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Returning Reclaimed Broadband Stimulus Funds to US Treasury

Floor Speech

Location: Washington, DC

First of all, I want to thank my colleague from New Hampshire, Charlie Bass, who has really worked hard on this issue to bring about greater accountability and oversight of how American taxpayer dollars are being allocated under the American Recovery and Reinvestment Act, especially to make sure that when the money comes back that it's really clear with these agencies that it goes back to pay down the deficit and doesn't end up in some sort of slush fund, and my colleague Mr. Bass has played a real leadership role in both crafting this legislation and making sure it comes to the House at this time.

Mr. Speaker, the American Recovery and Reinvestment Act allocated approximately $7 billion in taxpayer money to two broadband-related grant and loan programs. One was administered by the National Telecommunications and Information Administration and the other by the Rural Utility Service. The wisdom of creating these programs and whether the money should have been better targeted to unserved households has been the subject of ongoing debate. There is, however, general consensus on the importance of oversight, as evidenced by the bill, H.R. 1343, unanimously passed out of subcommittee and the full Energy and Commerce Committee by voice vote. I, for one, want to make sure these programs do not produce some sort of Solyndra problem. I want to thank our ranking members, Waxman and Eshoo, and their staffs for working with us on this bill. We incorporated a number of their suggestions, and the bill is better because of it.

Because the NTIA and RUS have already awarded all $7 billion, the bill does not automatically revoke any money. To do so would not only be unfair to the grant and loan recipients that are abiding by their award terms, it would also likely cost the government more in legal fees than it would save.

The vast majority of the money is yet to be spent by the awardees, however. So, what H.R. 1343 does is clarify the responsibility of the NTIA and the RUS going forward to terminate failed or failing grants and loans and to return to the U.S. Treasury any rescinded or relinquished funds. The bill also improves oversight of the broadband programs. Among other things, the bill requires the NTIA and the RUS either to terminate an award within 30 days of receiving information from their respective Inspectors General or the Comptroller General regarding material in noncompliance with award terms, or to explain to Congress why they don't. It would require the NTIA and RUS to deobligate and return to the Treasury funds from terminated awards as well as return unused funds from any relinquished awards. Finally, it would require award recipients to provide an accounting of funds received but not yet expended, if the NTIA or RUS terminate those awards.

The number of NTIA and RUS awards that have already been returned, and the fact that more than 90 percent of the money the ARRA allocated for broadband still remains obligated but unspent, makes this legislation all the more important. Of 233 NTIA awards worth approximately $3.94 billion, recipients had only spent $480 million through June of this year, despite claims that the stimulus act generally would focus on ``shovel ready'' projects. Clearly, that hasn't happened here. Four of the 233 awards worth approximately $40 million have already been rescinded or returned. The RUS has issued 320 awards, consisting of $2.3 billion in grants and $87 million leveraged for $1.2 billion in loans. Yet recipients had only spent $250 million by the middle of July, and 28 of the 320 awards, worth $123 million in grants and $35 million in loans, had already been returned or rescinded.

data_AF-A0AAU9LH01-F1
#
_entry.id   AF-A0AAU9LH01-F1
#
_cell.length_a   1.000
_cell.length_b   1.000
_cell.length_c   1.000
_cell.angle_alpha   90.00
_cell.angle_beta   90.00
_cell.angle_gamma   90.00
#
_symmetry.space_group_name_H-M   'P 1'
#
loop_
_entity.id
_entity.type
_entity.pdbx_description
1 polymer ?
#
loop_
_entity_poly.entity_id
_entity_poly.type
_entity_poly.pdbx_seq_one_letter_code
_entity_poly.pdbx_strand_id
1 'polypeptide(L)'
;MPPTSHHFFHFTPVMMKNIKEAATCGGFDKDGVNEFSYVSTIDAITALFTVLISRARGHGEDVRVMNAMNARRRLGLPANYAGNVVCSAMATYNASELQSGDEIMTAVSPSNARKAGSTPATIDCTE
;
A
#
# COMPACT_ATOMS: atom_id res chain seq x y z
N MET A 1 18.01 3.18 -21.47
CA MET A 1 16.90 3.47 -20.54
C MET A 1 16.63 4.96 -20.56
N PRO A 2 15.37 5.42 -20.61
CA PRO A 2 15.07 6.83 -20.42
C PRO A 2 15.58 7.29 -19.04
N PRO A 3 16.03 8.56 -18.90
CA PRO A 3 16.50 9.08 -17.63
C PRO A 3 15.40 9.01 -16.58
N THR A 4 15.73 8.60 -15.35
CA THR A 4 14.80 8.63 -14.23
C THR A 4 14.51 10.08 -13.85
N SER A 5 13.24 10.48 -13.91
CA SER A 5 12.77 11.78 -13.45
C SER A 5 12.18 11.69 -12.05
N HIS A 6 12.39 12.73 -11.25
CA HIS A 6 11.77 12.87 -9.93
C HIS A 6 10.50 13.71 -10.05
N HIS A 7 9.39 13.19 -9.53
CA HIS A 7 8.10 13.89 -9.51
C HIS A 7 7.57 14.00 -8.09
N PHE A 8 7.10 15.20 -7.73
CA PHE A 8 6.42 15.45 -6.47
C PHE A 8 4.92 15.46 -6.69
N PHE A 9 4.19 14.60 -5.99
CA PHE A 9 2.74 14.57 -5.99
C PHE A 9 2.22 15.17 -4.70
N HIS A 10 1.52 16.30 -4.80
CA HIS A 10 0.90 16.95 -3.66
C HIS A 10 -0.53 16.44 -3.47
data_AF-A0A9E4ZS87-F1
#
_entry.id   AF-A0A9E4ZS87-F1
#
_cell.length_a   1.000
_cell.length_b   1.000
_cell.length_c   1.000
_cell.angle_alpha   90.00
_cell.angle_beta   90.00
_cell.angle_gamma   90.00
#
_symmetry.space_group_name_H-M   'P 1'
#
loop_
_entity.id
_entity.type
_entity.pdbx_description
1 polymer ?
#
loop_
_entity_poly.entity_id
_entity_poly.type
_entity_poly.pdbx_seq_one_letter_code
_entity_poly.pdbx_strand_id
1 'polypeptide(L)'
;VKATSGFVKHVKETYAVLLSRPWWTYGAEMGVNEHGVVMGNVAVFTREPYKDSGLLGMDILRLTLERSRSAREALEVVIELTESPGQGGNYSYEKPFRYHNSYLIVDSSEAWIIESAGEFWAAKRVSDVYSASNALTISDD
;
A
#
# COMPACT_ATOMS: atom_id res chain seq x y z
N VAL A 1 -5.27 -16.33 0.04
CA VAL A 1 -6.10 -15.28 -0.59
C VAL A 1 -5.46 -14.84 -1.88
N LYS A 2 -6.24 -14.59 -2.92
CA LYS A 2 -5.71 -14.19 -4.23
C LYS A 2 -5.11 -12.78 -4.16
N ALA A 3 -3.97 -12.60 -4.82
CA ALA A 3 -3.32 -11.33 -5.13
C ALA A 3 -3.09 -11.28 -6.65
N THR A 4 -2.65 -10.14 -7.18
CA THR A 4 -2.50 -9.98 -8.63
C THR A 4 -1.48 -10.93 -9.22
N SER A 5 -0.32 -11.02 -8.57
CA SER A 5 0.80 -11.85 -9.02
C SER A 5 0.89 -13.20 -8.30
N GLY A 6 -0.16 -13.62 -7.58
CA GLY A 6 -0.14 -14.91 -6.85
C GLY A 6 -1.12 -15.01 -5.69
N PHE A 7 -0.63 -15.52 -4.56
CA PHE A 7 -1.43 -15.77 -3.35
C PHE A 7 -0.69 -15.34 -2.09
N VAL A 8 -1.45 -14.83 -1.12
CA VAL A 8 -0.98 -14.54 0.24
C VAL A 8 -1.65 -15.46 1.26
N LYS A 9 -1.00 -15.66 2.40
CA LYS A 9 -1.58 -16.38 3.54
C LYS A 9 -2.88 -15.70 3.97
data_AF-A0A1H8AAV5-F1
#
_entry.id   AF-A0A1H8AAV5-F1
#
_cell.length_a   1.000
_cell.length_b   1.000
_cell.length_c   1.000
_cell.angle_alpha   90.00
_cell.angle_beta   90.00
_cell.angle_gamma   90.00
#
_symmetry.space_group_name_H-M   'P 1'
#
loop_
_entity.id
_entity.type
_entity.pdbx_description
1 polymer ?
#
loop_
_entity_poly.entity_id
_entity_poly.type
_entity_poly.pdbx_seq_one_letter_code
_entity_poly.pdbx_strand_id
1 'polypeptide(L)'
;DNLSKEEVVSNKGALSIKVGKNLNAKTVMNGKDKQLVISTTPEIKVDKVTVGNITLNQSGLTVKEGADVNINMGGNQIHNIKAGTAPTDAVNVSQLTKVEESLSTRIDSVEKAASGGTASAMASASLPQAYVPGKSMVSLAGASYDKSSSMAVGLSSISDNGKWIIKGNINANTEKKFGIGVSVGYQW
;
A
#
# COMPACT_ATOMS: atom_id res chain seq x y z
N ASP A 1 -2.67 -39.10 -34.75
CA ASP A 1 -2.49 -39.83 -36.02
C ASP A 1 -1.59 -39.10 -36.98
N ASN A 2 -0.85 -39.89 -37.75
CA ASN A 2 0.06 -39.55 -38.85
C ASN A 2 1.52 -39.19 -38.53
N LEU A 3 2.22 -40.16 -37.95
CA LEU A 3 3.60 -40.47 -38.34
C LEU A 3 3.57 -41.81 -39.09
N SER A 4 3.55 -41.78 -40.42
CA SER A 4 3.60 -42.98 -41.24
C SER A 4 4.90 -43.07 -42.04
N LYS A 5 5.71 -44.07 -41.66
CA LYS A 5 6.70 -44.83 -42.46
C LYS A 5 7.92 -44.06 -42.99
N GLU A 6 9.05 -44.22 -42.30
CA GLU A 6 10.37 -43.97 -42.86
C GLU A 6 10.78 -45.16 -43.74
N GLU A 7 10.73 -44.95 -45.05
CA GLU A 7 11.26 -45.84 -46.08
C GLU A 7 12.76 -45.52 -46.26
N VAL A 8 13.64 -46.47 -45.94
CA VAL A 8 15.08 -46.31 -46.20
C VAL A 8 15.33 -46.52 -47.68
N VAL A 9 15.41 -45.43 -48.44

Some of my colleagues, as they did in committee, may say that the legislation is really unnecessary. I would disagree. The Department of Commerce Inspector General, the Department of Agriculture Inspector General, and the Government Accountability Office have all flagged concerns with the programs and identified them as high risk, including in testimony at the Communications and Technology Subcommittee's February 10, 2011, hearing.

A number of statutory shortcomings further demonstrate the need for this legislation. For example, existing law leaves the NTIA and the RUS too much discretion in deciding whether to deobligate and return funds from failed or failing awards. Section 6001(i)(4) of the stimulus law establishing the NTIA program stipulates only that the Assistant Secretary ``may'' deobligate awards in cases of waste, fraud, or insufficient performance. The statutory language provides even less guidance to the RUS, remaining silent on the issue of deobligation and return of funds. Commerce Assistant Secretary Strickling agreed in an April 2011 hearing that the bill would create more certainty. That was our effort.

While Dodd-Frank added rescission provisions to the ARRA, it is unclear whether the terms ``withdraw'' and ``recapture'' in Dodd-Frank have the same meaning as ``deobligate'' in section 6001 of the ARRA, leaving unclear how the Dodd-Frank provisions would be interpreted and applied to the broadband grants.

When Congress uses billions of dollars to subsidize broadband in competition with the private sector, especially when 95 percent of the country already has access, it bears all the more responsibility to police those dollars. For this and all the reasons that I have mentioned, I thank the gentleman from New Hampshire for his leadership on this issue, and I urge my colleagues to vote for the bill.

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